Friday, May 18, 2012

In Fighting Poverty Providing Hope May Be Almost as Good as Providing Money

Economics is Complicated – But Not Completely So

In addition to the hundreds of billions spent world wide over the decades to alleviate poverty, there has also been tens of billions spent trying to understand the problem and research the causes and methods for alleviate poverty.  No doubt this is a complex issue, but it also turns out that like so many things, simple and inexpensive solutions exist.

For example providing people with access to clean water in developing nations has a huge impact on health.  Mosquito netting, one of the most least expensive items ever invented for disease prevention can reduce malaria infections by a large amount.  Providing rural families in low income nations with access to cell phones, and the communications activities that go with them makes a large difference in their income. 

Now it turns out that researchers have found that providing economic opportunity itself is a powerful motivator for people living in poverty and trying to escape it.  For example, here is an experiment tried in an impoverished part of Asia.

She and her colleagues evaluated a programme in the Indian state of West Bengal, where BRAC, a Bangladeshi microfinance institution, worked with people who lived in extreme penury. They were reckoned to be unable to handle the demands of repaying a loan. Instead, BRAC gave each of them a small productive asset—a cow, a couple of goats or some chickens. It also provided a small stipend to reduce the temptation to eat or sell the asset immediately, as well as weekly training sessions to teach them how to tend to animals and manage their households. BRAC hoped that there would be a small increase in income from selling the products of the farm animals provided, and that people would become more adept at managing their own finances.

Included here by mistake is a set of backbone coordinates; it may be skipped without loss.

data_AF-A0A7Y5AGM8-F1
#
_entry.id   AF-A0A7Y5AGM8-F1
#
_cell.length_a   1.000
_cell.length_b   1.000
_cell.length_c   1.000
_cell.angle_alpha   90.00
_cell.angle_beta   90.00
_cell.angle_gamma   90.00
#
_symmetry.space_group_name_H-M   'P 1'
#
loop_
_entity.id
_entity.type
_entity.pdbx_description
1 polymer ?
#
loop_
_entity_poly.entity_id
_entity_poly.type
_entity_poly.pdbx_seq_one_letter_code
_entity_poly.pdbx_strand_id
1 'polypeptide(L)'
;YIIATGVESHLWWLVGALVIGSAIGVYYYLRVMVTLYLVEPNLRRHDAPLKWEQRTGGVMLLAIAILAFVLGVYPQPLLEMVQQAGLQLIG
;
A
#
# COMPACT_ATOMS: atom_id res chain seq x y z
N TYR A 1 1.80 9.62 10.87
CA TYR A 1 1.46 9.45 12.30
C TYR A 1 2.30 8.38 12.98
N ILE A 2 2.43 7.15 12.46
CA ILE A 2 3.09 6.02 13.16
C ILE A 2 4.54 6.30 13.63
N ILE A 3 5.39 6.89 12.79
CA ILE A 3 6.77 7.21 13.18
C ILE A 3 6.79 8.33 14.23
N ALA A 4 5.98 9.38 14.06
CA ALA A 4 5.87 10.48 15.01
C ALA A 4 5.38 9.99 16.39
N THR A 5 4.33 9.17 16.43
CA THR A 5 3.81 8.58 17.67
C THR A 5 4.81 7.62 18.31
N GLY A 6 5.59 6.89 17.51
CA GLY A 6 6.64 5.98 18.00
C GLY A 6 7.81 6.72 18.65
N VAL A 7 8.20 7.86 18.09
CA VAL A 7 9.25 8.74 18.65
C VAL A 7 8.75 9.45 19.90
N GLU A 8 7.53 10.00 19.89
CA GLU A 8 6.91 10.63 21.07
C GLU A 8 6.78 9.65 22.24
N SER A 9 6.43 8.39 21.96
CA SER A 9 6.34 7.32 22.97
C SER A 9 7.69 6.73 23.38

And the results were good, very good, and in fact exceeded expectations.

Well after the financial help and hand-holding had stopped, the families of those who had been randomly chosen for the BRAC programme were eating 15% more, earning 20% more each month and skipping fewer meals than people in a comparison group. They were also saving a lot. The effects were so large and persistent that they could not be attributed to the direct effects of the grants: people could not have sold enough milk, eggs or meat to explain the income gains. Nor were they simply selling the assets (although some did).

As to the ‘why’ of why this happened, here is the conclusion

Ms Duflo and her co-authors also found that the beneficiaries’ mental health improved dramatically: the programme had cut the rate of depression sharply. She argues that it provided these extremely poor people with the mental space to think about more than just scraping by. As well as finding more work in existing activities, like agricultural labour, they also started exploring new lines of work. Ms Duflo reckons that an absence of hope had helped keep these people in penury; BRAC injected a dose of optimism.

Note that we are dealing with an intensive program here.  The people were not just given something, they were supported and trained and educated in how to use the assets they were provided.  Throwing money at a problem without the support structure is just that, throwing money at a problem.

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